Behind the Bawdsey smuggling plot

TODAY The Evening Star completes its investigation into The Bawdsey Smuggling Plot which lead to seven men being jailed for twenty-five-and-a-half years at Woolwich Crown Court.

By Lisa Baxter

TODAY The Evening Star completes its investigation into The Bawdsey Smuggling Plot which lead to seven men being jailed for twenty-five-and-a-half years at Woolwich Crown Court. Two key players in the drug smuggling operation were Leonard Haworth nicknamed "Pugwash" and Angel Jimenez, who was known as "Kermit".

SEASONED smuggler Leonard Haworth was employed as a "specialist" by gangleader Mark Rothermel for his expert knowledge of the sea.

The island boatbuilder met fellow drug trafficker Angel Jimenez in a foreign prison where they forged a friendship, which would be linked, to a series of major blackmarket operations.

Nicknamed "Pugwash", Haworth had an addiction to the sea which saw him designing vessels for drug traffickers as well as those whose job it was to beat the blackmarket trade.

In and out of prison for drug smuggling over the past three decades, 54-year-old Haworth developed a state-of-the-art craft from his boatyard in the Isle of Wight and said it could be used to help customs officials beat smuggling.

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But two years after he unveiled the £38,000 speed boat at the European Workboat Show in 1993, he was jailed for nine-years for his part in a multi-million pound smuggling scam and forced to sell his revolutionary Interceptor boat (which he claimed was invisible to the naked eye at one mile and had no radar image at two) to pay back some of the cash he pocketed via the drugs trade.

Haworth once owned jewelry shops in Ventnor and Shanklin but ditched the trade in 1979 to dabble in land speculation indulge his passion for the marine industry, operating a fishing boat out of Bembridge Harbour.

But alongside his legitimate business interests, the Isle of Wight dad was involved in a far more sinister and lucrative trade - drugs smuggling.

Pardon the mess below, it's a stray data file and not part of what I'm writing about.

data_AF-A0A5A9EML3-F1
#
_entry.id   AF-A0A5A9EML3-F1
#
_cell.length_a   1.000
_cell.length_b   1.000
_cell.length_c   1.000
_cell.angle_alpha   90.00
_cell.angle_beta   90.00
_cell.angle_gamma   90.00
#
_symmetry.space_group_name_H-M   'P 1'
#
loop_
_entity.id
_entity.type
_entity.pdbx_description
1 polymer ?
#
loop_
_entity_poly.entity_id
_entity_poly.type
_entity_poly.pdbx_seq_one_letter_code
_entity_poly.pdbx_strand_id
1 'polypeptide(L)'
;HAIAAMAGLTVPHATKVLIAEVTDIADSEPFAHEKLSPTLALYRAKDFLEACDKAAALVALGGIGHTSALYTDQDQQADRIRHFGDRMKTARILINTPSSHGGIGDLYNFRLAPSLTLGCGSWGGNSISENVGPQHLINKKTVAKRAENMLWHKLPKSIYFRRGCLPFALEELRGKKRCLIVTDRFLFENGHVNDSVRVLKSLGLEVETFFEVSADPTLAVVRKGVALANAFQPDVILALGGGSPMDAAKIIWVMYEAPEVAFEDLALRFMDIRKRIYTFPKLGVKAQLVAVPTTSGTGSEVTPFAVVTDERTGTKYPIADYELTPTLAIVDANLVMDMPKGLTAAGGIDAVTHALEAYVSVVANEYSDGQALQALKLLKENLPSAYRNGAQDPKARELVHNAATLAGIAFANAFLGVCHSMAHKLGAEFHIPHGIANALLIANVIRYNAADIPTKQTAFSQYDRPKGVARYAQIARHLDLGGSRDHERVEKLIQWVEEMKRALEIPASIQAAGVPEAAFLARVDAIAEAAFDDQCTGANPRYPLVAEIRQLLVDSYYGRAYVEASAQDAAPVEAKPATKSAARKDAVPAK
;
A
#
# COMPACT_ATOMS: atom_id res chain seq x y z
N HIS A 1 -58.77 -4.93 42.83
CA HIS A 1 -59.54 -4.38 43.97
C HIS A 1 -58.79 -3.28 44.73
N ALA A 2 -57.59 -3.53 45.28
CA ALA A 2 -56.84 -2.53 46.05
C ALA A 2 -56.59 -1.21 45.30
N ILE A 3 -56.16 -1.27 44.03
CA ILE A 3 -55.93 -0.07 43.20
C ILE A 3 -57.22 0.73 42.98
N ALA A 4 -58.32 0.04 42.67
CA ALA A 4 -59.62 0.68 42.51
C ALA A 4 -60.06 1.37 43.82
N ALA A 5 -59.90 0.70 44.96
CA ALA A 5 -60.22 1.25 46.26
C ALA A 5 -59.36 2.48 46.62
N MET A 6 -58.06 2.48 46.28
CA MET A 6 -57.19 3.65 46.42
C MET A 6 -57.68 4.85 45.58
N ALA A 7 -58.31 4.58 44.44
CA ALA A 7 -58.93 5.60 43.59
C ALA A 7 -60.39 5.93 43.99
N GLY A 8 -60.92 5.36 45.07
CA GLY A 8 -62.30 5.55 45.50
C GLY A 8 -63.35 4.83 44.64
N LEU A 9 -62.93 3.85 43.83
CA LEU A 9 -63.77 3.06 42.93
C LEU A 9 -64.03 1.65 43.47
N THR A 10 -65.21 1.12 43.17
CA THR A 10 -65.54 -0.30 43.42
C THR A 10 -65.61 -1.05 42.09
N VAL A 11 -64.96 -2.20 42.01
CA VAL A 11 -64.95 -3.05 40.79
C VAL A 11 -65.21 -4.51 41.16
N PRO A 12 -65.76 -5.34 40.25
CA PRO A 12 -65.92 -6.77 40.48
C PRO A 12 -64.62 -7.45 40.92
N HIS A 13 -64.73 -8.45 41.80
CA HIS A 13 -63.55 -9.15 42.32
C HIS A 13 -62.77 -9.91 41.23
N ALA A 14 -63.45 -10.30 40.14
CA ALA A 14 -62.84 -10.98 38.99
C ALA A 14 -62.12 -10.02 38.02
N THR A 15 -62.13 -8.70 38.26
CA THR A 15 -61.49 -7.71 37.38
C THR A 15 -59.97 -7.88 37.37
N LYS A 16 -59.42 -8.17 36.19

On the morning of June 20, 1986, Haworth was skippering the holiday yacht "Lord Louis" off the French coast in the Gulf of Lyons, when customs officers asked the boat into port for a routine search.

The following day, sniffer dogs searched the boat again and Haworth and his two crew were charged with smuggling. French customs officials said they had recovered three packets of cannabis in the sea and that they had seen them thrown from the yacht.

Haworth was jailed for eight years at a court in Narbonne in June, 1987. He served five years before returning to the Isle of Wight where he maintained his claim that he had been framed. While in jail, Haworth's marriage to the mother of his two young boys broke down and she divorced him.

Back on British soil, Haworth concentrated on an obsession he had cultivated in prison in France where he designed a self-righting in-shore patrol/rescue boat.

Two years after his release from a continental jail, a 45-year-old Haworth revealed his 24-foot Stealth Interceptor patrol boat, capable of reaching speeds over 40 knots and costing potential buyers £38,000.

Managing director of boat-building firm Haworth Marine International, Haworth said he had received inquiries from security agencies in the UK and abroad about the vessel.

Twelve months after revealing his crime-busting boat to the world, Haworth was busted for drugs smuggling in an uncannily similar scenario to last May's raid at Bawdsey Quay.

Armed police picked up the boatbuilder and a gang of ten others at a beach on Hayling Island, near Portsmouth, in November 1993. Angel Jimenez - who went on to captain the speedboat to Bawdsey - was among the ten.

Haworth was jailed for nine years for his part in the smuggling operation. He was ordered to sell the Interceptor so that he could pay back some of the £356,000 he pocketed from the drugs trafficking operation.

His old cell-mate Jimenez, who was then 32, was jailed for five years and ordered to pay back £1,880 of the £24,100 he made out of the smuggling scam.

Even behind bars, Haworth continued to indulge his passion for the open sea, teaching other criminals the art of boat building.

Responsible for the design and supply of the boat used to bring the drugs stash from Holland to Bawdsey, Haworth admitted his part in the plan at the start of the trial and was jailed for three-and-half-years (two-and-a-half-years for cannabis and one for smuggling powder containing amphetamines

Jimenez was a French marine engineer with previous convictions for drug smuggling, Jimenez met Leonard Haworth in a French prison where the two established a criminal friendship, sharing their expertise on smuggling by sea. The jail-mates first joint enterprise ended in disaster however, when Jimenez was sentenced to five years in prison in 1995 for his part in an unsuccessful smuggling scam with Haworth. Going by the nickname 'Kermit', the 38-year-old highly experienced sailor was called into the Bawdsey operation late on to steer the high-speed boat to and from Holland on the drug-run. He pleaded guilty to the two smuggling charges at the start of the trial last month and was sentenced to three-and-a-half years in prison - two-and-a-half years for cannabis smuggling and a year for amphetamine smuggling.

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